Martin Willitts Jr
Dos Madres Press, $17.00
Available as ebook
As a relatively new poetry book reviewer, I try to take a humble approach to the books that are served-up for my examination. And, as a poet who has only seen limited success in getting work published I need to be doubly humble when faced with a widely published, seasoned author; an author like Martin Willitts Jr and his latest book of poems The Uncertain Lover. There is a danger that I might be either too harsh (due to lack of understanding) or too kind (due to being overwhelmed by expertise) as I work through the poems. I’m afraid that this review is going to fall heavily on the overwhelmed side of the scale.
From the first lines of the opening poem we know we are reading the words of a truly fine poet. After an epigraphical nod to Pablo Neruda, Mr. Willitts launches into his title poem “The Uncertain Lover” with this couplet:
“Who among you understands the guitar? If you do not know
how it makes a woman sway, then you know nothing.”
Echoes of Neruda continue throughout this rhythmic and lyrically surprising piece until the final couplet of the poem. Other phrases such as “…a cricket in a torrid season” “I will strum on her neckline” and “Too many men carry their dares on their lips. Not me.” are set in a rhythm that is reminiscent of South American jazz music.
Following this fine opening Willitts explores the art and life of Frida Kahlo in a series of five poems, some ekphrastic based on her paintings, and others that tell her story in a more narrative way. The fifth poem in the series is a three-part gem that looks at her marriage to Diego Rivera, a turbulent business. In part one Willitts inhabits the persona of Kahlo, then in part two he switches to the voice of Rivera and finally, in the third section, he looks at the marriage from an outsider’s viewpoint, one trying to find a lesson (perhaps) in the relationship. Every one of these fine poems has the feel of Latin American jazz.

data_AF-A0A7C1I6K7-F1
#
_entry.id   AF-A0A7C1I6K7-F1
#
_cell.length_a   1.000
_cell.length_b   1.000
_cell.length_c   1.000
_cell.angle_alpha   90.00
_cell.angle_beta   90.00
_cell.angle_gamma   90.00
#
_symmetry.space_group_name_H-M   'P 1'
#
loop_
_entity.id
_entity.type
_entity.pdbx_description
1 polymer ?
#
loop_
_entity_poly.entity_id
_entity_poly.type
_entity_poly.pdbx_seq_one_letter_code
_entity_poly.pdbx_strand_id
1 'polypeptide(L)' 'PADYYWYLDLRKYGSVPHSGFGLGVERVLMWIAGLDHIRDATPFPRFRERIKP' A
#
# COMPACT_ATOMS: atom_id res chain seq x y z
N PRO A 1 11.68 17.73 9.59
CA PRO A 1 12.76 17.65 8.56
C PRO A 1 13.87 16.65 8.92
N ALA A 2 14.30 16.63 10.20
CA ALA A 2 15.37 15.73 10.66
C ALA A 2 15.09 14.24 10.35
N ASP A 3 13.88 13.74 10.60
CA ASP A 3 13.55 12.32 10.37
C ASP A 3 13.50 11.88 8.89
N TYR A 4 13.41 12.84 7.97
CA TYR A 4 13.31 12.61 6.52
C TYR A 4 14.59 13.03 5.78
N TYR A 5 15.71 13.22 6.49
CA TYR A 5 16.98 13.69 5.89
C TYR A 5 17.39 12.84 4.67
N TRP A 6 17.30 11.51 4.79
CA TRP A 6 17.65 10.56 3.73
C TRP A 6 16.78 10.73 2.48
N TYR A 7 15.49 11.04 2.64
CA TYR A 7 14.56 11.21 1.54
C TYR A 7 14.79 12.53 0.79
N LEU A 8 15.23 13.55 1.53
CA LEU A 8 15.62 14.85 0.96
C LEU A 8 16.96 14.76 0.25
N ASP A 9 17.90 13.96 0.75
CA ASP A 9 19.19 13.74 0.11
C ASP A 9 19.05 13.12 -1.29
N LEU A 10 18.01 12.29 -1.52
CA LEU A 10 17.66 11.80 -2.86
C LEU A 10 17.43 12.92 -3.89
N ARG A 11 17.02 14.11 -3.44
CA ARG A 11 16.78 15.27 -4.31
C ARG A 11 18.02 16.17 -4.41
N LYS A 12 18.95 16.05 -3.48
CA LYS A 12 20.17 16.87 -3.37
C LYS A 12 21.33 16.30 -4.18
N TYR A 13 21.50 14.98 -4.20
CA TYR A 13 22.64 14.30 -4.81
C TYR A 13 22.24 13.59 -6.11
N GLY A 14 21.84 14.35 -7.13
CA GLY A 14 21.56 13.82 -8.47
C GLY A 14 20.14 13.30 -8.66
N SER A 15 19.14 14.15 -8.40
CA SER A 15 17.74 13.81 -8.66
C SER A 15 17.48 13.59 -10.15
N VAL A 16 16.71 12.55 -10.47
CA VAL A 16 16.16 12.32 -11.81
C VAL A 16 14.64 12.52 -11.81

And that feeling continues through many of the remaining selections in the first part of this collection. Many of the poems have epigraphs from Neruda that do service as signposts reminding us of Willitts’ inspiration, though we don’t really need these epigraphs as the lines of the poem speak clearly enough of their origins.
The second part of this book moves away from the Latino/Spanish influence and becomes decidedly more modern North American in tone, rhythm and language. Most of the poems here are about love (marital, sexual, familial) and death, two staples of poets who are more advanced in years. All of these poems are beautifully crafted, full of surprising lines and begging to be read aloud. Some of the standout pieces are “Silent Work” “Job Applicant” “Alternative Endings” and a four-part poem called “What Happens When We Die” which begins “When we die, the body empties/ like a rust belt city.” Mr. Willitts has a gift for making plain language sound eloquent, language that awakens the reader’s mind, stirs the heart and sometimes delivers a punch to the gut.
The final section of this collection is a four-part poetic tribute/interpretation of jazz musician John Coltrane’s composition “A Love Supreme”. The author uses Coltrane’s divisions – “Acknowledgement” “Resolution” “Pursuance” and “Psalm” wisely choosing not to render the music in poetry but to consider love, using the music as a backdrop for his meditations. I read this poem aloud with Coltrane and his combo playing (earbuds plugged in, giving me an odd sense of reading in the same room as the musicians) and the words mix nicely with the music. I felt this most successfully during quiet passages with pauses where the poem’s lines dropped seamlessly into the mood of the playing.
“The Uncertain Lover” is a strong and certain collection of fine poetry. Mr. Willitts has designed cohesive, interesting groupings of poems, poems that move like a musical composition with improvisational riffs slipped in to add surprise and variation. This is a book for anyone looking for a terrific example of contemporary poetry, poetry built on a strong foundation of what has come before and poetry that points towards what is possible on the road ahead. I recommend this book, without reservation.
James Bourey is an old poet and occasional prose writer living on the edge of the northern Adirondacks. His poetry chapbook "Silence, Interrupted" was published in 2015 by the Broadkill River Press. His work has appeared in Mojave River Review, Blue Nib, Paddock Review, Gargoyle and other anthologies and journals. He can often be found in darkened rooms reading aloud.